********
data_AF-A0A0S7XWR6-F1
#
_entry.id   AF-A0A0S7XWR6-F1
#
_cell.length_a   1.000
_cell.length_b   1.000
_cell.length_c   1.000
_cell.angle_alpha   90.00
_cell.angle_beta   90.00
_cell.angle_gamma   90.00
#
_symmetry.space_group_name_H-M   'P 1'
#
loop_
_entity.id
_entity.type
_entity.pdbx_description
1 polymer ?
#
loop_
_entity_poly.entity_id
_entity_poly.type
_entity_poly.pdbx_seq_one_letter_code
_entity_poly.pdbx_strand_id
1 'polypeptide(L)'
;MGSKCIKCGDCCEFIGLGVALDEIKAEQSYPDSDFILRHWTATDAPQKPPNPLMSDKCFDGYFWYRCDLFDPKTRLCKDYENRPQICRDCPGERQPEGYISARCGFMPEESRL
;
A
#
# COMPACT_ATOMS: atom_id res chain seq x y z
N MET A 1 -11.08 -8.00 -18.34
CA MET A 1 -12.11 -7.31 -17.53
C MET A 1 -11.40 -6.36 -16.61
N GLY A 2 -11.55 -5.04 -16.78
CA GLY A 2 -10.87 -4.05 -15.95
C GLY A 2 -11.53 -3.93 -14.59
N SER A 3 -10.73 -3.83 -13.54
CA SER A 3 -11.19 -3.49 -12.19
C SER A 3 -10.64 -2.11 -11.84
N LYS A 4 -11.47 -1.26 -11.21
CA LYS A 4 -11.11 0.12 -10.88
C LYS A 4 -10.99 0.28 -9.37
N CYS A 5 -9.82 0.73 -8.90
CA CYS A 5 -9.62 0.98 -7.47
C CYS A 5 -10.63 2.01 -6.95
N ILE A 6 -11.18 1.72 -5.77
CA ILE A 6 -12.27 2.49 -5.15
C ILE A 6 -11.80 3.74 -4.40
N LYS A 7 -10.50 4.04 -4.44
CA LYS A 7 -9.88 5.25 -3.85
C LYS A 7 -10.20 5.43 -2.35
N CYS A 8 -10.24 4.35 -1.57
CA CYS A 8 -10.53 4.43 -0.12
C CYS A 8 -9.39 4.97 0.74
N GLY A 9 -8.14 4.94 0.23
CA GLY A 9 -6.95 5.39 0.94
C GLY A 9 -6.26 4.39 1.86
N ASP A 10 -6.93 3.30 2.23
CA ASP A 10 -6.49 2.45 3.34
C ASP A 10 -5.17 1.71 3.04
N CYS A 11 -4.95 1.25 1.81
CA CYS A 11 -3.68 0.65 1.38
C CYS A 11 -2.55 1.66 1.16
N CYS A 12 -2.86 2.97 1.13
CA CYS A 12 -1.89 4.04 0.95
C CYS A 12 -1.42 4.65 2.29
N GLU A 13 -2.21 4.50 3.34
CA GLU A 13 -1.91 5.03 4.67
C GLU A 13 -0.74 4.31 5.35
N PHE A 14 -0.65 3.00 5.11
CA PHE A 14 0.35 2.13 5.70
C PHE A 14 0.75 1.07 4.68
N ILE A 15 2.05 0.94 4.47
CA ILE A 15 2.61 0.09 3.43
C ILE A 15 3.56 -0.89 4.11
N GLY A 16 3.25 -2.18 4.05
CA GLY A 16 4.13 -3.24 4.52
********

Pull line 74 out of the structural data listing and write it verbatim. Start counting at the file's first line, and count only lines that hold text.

CA ILE A 15 2.61 0.09 3.43